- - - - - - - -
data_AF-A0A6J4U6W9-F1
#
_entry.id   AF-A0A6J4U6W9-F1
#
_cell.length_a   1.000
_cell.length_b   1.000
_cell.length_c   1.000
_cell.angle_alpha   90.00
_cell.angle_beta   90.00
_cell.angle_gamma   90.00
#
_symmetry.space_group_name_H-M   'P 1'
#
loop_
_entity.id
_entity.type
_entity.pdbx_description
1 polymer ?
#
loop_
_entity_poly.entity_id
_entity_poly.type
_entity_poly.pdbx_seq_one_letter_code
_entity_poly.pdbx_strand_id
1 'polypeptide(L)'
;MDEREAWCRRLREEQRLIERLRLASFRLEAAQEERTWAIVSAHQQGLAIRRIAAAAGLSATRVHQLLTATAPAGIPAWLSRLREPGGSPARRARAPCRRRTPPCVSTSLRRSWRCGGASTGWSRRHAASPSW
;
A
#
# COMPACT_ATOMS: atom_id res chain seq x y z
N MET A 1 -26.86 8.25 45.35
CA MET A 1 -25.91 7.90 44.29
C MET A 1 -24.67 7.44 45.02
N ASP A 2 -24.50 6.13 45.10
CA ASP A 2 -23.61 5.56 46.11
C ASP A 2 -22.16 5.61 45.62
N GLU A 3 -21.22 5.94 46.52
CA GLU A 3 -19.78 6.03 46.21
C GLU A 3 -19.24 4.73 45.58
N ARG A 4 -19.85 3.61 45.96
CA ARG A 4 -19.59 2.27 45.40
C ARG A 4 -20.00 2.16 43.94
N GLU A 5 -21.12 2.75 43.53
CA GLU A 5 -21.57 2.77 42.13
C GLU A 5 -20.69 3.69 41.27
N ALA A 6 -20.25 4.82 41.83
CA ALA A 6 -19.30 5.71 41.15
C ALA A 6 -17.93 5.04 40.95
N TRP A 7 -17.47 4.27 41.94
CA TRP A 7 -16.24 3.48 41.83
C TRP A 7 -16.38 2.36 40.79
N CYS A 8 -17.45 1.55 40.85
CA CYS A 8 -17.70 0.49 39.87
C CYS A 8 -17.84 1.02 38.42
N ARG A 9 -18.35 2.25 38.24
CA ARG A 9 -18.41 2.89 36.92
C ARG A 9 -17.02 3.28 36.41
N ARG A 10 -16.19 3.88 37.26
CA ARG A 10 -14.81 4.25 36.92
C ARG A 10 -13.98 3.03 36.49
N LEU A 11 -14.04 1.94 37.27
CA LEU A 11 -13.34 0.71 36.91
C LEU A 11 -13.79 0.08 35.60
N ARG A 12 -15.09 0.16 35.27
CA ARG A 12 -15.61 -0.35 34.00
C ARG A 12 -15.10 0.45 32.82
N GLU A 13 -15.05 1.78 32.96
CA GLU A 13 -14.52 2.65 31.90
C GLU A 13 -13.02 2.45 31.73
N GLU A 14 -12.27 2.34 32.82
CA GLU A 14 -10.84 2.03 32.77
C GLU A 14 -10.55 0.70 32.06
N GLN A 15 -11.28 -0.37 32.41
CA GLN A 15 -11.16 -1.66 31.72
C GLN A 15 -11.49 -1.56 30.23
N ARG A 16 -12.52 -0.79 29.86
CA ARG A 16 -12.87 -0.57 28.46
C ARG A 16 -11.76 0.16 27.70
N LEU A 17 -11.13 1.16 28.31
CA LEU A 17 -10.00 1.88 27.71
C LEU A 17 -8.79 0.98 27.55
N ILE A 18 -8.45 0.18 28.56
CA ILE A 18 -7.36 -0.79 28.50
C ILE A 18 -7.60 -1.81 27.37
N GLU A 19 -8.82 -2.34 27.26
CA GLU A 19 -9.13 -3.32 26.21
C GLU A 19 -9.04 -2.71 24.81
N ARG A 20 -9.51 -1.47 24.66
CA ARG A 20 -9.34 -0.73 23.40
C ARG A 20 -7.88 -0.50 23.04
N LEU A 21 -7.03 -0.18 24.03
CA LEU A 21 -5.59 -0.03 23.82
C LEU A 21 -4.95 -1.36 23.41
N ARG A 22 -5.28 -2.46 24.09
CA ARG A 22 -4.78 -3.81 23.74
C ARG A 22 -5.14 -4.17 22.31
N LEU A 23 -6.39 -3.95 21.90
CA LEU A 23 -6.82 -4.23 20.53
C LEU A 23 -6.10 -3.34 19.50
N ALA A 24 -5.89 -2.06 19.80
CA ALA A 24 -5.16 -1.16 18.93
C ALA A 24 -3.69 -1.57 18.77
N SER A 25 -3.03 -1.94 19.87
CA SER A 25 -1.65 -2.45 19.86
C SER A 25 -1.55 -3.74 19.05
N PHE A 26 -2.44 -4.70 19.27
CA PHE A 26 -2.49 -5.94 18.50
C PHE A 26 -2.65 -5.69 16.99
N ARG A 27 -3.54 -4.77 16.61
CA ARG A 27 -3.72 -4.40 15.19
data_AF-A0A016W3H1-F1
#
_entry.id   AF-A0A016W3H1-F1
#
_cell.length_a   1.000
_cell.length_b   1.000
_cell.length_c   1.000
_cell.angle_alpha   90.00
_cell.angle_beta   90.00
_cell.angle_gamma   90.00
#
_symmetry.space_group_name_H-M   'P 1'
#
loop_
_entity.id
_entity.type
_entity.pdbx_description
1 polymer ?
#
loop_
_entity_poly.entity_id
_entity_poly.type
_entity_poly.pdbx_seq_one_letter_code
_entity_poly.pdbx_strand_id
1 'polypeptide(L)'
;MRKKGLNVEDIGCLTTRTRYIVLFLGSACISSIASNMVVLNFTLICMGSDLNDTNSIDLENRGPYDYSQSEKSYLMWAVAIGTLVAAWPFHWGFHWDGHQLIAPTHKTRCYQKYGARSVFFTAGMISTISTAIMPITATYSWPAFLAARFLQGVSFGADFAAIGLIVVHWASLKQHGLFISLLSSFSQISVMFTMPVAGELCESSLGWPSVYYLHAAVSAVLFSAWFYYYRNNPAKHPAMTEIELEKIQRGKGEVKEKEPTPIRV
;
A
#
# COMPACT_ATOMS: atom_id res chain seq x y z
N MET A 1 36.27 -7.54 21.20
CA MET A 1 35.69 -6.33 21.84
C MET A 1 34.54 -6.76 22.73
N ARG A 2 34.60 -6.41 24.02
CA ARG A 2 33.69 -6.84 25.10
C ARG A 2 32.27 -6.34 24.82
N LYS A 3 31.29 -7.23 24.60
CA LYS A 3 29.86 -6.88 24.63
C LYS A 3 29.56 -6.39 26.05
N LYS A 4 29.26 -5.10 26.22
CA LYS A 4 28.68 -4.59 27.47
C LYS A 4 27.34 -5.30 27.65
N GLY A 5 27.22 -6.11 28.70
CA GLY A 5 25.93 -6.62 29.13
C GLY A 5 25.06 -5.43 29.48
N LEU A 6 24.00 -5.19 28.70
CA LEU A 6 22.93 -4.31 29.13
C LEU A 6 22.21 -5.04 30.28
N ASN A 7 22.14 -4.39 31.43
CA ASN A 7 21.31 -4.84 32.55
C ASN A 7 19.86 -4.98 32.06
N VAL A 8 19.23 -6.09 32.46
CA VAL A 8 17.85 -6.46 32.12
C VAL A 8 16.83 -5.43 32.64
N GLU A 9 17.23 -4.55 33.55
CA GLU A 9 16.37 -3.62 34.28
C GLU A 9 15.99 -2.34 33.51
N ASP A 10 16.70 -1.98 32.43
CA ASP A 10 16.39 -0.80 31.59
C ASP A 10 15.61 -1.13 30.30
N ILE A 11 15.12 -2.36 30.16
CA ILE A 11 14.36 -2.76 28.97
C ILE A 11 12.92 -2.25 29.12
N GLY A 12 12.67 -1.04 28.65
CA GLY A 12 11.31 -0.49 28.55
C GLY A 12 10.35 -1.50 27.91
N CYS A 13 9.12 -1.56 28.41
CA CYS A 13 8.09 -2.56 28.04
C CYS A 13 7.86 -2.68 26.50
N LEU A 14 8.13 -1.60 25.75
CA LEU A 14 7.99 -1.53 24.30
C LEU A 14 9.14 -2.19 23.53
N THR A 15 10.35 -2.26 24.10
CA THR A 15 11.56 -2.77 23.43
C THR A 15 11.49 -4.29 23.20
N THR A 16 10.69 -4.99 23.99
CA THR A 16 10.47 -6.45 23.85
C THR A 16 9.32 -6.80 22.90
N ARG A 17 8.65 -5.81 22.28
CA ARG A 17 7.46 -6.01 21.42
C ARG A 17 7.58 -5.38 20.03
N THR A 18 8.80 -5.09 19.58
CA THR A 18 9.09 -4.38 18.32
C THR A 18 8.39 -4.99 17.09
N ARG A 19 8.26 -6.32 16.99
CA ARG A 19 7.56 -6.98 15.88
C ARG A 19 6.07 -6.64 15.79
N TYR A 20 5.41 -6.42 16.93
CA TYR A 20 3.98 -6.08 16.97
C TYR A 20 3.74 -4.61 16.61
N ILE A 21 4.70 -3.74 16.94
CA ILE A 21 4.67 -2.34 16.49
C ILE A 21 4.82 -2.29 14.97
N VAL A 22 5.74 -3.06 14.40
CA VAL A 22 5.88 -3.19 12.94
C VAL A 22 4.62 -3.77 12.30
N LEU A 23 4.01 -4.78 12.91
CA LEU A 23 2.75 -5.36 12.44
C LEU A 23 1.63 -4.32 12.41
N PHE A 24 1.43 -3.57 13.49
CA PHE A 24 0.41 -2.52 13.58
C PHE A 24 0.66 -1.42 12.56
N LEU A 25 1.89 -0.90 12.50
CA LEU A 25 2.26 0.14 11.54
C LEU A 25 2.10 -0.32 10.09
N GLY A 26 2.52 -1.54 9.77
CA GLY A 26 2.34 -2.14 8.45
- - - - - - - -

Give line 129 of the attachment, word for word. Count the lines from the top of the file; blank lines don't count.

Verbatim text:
#